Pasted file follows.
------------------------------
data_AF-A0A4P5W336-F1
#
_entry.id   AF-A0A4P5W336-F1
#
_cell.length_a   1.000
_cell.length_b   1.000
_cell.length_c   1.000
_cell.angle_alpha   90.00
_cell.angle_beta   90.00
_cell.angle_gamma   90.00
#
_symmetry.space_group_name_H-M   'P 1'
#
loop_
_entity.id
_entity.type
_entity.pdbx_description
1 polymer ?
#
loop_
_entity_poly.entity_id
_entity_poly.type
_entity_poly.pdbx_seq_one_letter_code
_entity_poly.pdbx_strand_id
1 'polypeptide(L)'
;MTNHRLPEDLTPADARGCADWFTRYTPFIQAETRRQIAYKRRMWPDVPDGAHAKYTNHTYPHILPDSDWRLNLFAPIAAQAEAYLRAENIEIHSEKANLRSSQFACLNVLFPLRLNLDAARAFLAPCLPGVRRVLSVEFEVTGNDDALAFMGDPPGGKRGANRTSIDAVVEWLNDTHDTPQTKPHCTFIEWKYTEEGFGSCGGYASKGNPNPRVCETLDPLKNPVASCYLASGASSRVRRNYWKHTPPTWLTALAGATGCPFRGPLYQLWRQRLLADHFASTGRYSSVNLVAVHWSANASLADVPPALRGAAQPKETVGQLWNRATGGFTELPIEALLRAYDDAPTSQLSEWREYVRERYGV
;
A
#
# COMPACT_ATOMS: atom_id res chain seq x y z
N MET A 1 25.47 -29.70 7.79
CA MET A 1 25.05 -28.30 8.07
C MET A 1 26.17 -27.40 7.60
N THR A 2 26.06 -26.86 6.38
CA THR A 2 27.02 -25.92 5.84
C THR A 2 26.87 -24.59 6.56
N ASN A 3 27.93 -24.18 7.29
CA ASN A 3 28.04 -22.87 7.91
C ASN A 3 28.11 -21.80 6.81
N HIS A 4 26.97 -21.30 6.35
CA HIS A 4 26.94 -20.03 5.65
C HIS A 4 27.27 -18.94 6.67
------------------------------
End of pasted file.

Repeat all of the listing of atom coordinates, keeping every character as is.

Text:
data_AF-A0A4P5W336-F1
#
_entry.id   AF-A0A4P5W336-F1
#
_cell.length_a   1.000
_cell.length_b   1.000
_cell.length_c   1.000
_cell.angle_alpha   90.00
_cell.angle_beta   90.00
_cell.angle_gamma   90.00
#
_symmetry.space_group_name_H-M   'P 1'
#
loop_
_entity.id
_entity.type
_entity.pdbx_description
1 polymer ?
#
loop_
_entity_poly.entity_id
_entity_poly.type
_entity_poly.pdbx_seq_one_letter_code
_entity_poly.pdbx_strand_id
1 'polypeptide(L)'
;MTNHRLPEDLTPADARGCADWFTRYTPFIQAETRRQIAYKRRMWPDVPDGAHAKYTNHTYPHILPDSDWRLNLFAPIAAQAEAYLRAENIEIHSEKANLRSSQFACLNVLFPLRLNLDAARAFLAPCLPGVRRVLSVEFEVTGNDDALAFMGDPPGGKRGANRTSIDAVVEWLNDTHDTPQTKPHCTFIEWKYTEEGFGSCGGYASKGNPNPRVCETLDPLKNPVASCYLASGASSRVRRNYWKHTPPTWLTALAGATGCPFRGPLYQLWRQRLLADHFASTGRYSSVNLVAVHWSANASLADVPPALRGAAQPKETVGQLWNRATGGFTELPIEALLRAYDDAPTSQLSEWREYVRERYGV
;
A
#
# COMPACT_ATOMS: atom_id res chain seq x y z
N MET A 1 25.47 -29.70 7.79
CA MET A 1 25.05 -28.30 8.07
C MET A 1 26.17 -27.40 7.60
N THR A 2 26.06 -26.86 6.38
CA THR A 2 27.02 -25.92 5.84
C THR A 2 26.87 -24.59 6.56
N ASN A 3 27.93 -24.18 7.29
CA ASN A 3 28.04 -22.87 7.91
C ASN A 3 28.11 -21.80 6.81
N HIS A 4 26.97 -21.30 6.35
CA HIS A 4 26.94 -20.03 5.65
C HIS A 4 27.27 -18.94 6.67